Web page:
Mel’s Diner

Sharp Knives, Raw Meat and Fire

THAT COOKBOOK THING II – RAPEE MORVANDELLE

So, it’s that time again.  That Cookbook Thing II‘s next chapter is a near perfect brunch dish, maybe something for a big breakfast – Rapee Morandelle.  What?  What is a rapee?  It sounds like some kind of thin sword, maybe something guys named Desmond or Thurston use for exercise practice at the club.  What it is is a quiche with no crust, a gratin or, if you come from the corner of 10th St and 2nd Avenue, a potato kugel.

It’s also very good.  It’s a simple dish with eggs, grated potatoes, ham (thereby making it not TOO much like a potato kugel), cheese, onions and herbs – all mixed and baked together into a yummy happiness.

RAPEE MORVANDELLE

  • ½ cup onion, finely minced
  • 2 tbsp olive oil
  • 2 tbsp butter
  • ½ cup cooked ham, diced (3 ounces)
  • 4 eggs
  • ½ clove garlic, minced
  • 2 tbsp fresh parsley chopped and/or chives and chervil
  • 2/3 cup Swiss cheese, coarsely grated
  • 4 tbsp whipping cream, light cream or milk
  • Pinch of pepper
  • ¼ tsp Salt
  • 3 medium potatoes, (about 10 ounces) peeled and coarsely grated
  • 2 tbsp butter to plus ½ tbsp butter cut in little pea sized dots

Here’s what everything looked like before I started:

 

  1. Cook the onions slowly in butter and oil for 5 minutes or so over low heat, until tender, but not browned.
  2. Raise the heat slightly and add the ham and let cook a moment more
  3. Beat the eggs in a mixing bowl and add the garlic, herbs, cheese, cream or milk, and seasonings. Blend in the ham & onions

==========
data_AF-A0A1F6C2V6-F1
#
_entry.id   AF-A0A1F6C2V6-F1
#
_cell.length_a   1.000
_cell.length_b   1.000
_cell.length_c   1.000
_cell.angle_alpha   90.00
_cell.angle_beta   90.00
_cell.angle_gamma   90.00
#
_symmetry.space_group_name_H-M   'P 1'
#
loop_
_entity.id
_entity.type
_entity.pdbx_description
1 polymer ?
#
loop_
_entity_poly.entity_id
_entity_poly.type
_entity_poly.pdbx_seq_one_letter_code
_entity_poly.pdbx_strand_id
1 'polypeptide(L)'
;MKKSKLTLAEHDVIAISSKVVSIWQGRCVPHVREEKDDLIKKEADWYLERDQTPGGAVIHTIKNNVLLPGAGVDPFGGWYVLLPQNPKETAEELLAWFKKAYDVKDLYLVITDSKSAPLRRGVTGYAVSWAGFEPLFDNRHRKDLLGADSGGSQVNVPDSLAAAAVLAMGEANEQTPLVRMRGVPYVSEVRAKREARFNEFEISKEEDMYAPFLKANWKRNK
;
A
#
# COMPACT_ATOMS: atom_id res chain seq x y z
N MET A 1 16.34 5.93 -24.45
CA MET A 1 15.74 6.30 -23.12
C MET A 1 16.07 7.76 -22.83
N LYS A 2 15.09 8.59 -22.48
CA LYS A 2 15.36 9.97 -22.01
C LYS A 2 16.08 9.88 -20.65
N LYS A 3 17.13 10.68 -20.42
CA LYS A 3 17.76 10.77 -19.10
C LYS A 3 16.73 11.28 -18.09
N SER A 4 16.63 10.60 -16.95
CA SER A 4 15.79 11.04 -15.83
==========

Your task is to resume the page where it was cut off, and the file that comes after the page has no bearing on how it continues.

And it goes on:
4. Peel the potatoes and grate them. Squeeze out the excess water.  Stir them into the egg mixture. Check seasoning.
  5. Heat 2 tbsp of butter in the dish. Once foaming, pour in potato and egg mixture.  Dot with last bit of butter pieces.
  6. Bake for 30-40 minutes in preheated oven until top is nicely browned.

So, I made a few small changes.  I didn’t feel like cooking a whole ham for a measly 3 ounces, so I used Irish bacon from a local smokehouse.  It was just as fatty and just as good as anything Julia used in 1961.  I also used a whole clove of garlic (why not?) and Ementaler cheese and I used the chives.  I cooked mine in a 12 inch pan as prescribed and found the pan too big.

The dish cooked quicker than expected and came out a bit thin.  BUT, it did taste good.  Mary from Cooking For Five made it with me and couldn’t stop eating it.  My daughter (who is 9) patted my shoulder and said I could make it again.

Also, it was a simple dish.  I think so many people are afraid to cook from Mastering The Art of French Cooking because they think everything in it is soooo complicated  This proves it’s not.  Open the book, take a look around.  Sure, you want to make something complicated – it’s there.  But it doesn’t have to be.  Simple is good, too.  That’s the Art of French COUNTRY Cooking – simple.

Thanks again to all my friends in this:

PS – Here’s the first two posts:

PPS – We have recieved honorable mention as part of Julia’s 3rd annual birthday celebration from Lisa over at Champagne Taste

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August 11, 2008 - Posted by | Friends, Recipe, That Cookbook Thing II

5 Comments »

  1. Oh Mike – yours looks great – nice crust!!

    Because it’s thin, I now have an urge to make a rapee pizza!! A dollop of tom sauce, a handful of mushies and a bit more swiss… then back in the oven for 5?

    Julia would turn in her grave 😉

    Comment by kittie | August 12, 2008 | Reply

  2. This was definitely a keeper! I love all the variations.

    Thanks for putting this altogether for us. And I’m already drooling for the poulet au porto.

    Comment by Ruth | August 12, 2008 | Reply

  3. Fantastic – I wish I had an oven safe pan so I could have turned mine out like that. Bring on the chicken!

    Comment by Sara | August 12, 2008 | Reply

  4. Great event, Mike! Thanks for being part of the Julia Child birthday celebration as well. I love this dish!

    Comment by Lisa | August 15, 2008 | Reply

  5. Looks simply delicious!! Merci

    Comment by Richard H. Rogers | February 23, 2010 | Reply


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